The Old Brass Kettle is a drawing I made on my iPad2 – bought last autumn – using an app called Sketchbook Pro. I wasn’t comfortable drawing with just my fingers, so I bought myself a Bamboo Pen (Wacom). I don’t do much representational drawing these days, but I wanted to familiarise myself with the different ways of making images through Sketchbook Pro. Curiously – and this might be, for me, the application’s most important aspect, is that starting this drawing didn’t trigger my terror of the white page syndrome.
White Page Fright is a malady that plagues many artists, in varying degrees. I think it started during my fine art degree. Looking back, I was no longer drawing just for the pleasure of it. I had to perform. To come up with the goods of greatness. A wrong mindset of course, but that’s wisdom in hindsight.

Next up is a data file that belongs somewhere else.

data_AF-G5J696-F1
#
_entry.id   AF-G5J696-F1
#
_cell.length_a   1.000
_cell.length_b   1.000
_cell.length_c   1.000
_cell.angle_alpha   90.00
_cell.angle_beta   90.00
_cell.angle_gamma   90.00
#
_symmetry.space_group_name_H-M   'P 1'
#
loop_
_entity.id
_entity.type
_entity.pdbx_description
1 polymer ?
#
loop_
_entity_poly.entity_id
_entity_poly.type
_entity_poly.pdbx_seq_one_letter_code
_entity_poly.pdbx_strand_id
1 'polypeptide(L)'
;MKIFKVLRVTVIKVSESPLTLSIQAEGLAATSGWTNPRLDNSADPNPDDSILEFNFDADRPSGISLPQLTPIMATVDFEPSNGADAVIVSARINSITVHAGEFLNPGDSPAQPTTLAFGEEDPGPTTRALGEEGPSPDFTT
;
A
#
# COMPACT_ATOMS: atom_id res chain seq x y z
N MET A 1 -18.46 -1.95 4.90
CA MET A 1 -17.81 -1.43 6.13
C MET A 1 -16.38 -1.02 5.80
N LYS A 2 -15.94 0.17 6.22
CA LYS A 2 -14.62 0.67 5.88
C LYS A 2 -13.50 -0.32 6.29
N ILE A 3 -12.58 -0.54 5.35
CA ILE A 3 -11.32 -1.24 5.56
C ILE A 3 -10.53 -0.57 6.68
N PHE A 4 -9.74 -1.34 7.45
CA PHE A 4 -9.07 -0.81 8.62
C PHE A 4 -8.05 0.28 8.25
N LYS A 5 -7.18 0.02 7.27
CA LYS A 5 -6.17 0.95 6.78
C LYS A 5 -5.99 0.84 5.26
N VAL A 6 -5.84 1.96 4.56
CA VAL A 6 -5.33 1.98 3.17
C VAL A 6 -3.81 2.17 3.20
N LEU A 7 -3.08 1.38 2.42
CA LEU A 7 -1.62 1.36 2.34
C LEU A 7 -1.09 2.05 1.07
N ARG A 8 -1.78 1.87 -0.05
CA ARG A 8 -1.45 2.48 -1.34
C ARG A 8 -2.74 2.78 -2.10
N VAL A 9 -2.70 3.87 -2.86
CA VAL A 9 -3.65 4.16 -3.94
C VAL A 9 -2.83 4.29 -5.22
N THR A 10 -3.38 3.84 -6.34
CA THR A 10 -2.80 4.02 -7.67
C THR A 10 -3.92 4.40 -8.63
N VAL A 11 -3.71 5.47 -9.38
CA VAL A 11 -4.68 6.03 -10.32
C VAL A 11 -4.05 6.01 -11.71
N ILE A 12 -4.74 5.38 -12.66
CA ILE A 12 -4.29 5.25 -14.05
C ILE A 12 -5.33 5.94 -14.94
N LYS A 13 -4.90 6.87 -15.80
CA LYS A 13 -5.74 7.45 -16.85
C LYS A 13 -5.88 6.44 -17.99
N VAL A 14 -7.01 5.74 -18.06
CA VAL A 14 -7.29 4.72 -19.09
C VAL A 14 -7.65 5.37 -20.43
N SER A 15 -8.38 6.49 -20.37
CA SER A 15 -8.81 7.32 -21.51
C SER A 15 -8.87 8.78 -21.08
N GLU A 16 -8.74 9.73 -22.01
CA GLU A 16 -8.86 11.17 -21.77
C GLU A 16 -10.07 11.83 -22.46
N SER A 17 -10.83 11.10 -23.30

The kettle turned up in my family in about 1960, fetched home by my brother. At the tender age of 7 he was already the scavenger by nature that was to become his profession late in his relatively short life (he died of Motor Neurone Disease in 1996). He’d rescued the kettle from the harbour at Seaton Sluice at low tide. I remember my mother polishing the kettle and my amazement at its transformation from the dull, black, ugly, buckled thing presented by my brother, into the gleaming, gold-coloured object it became.
The kettle has passed from one hearth to another in my family over the years since my brother dredged it from the harbour. It sits now on mine. I wonder to whose hearth it will pass next?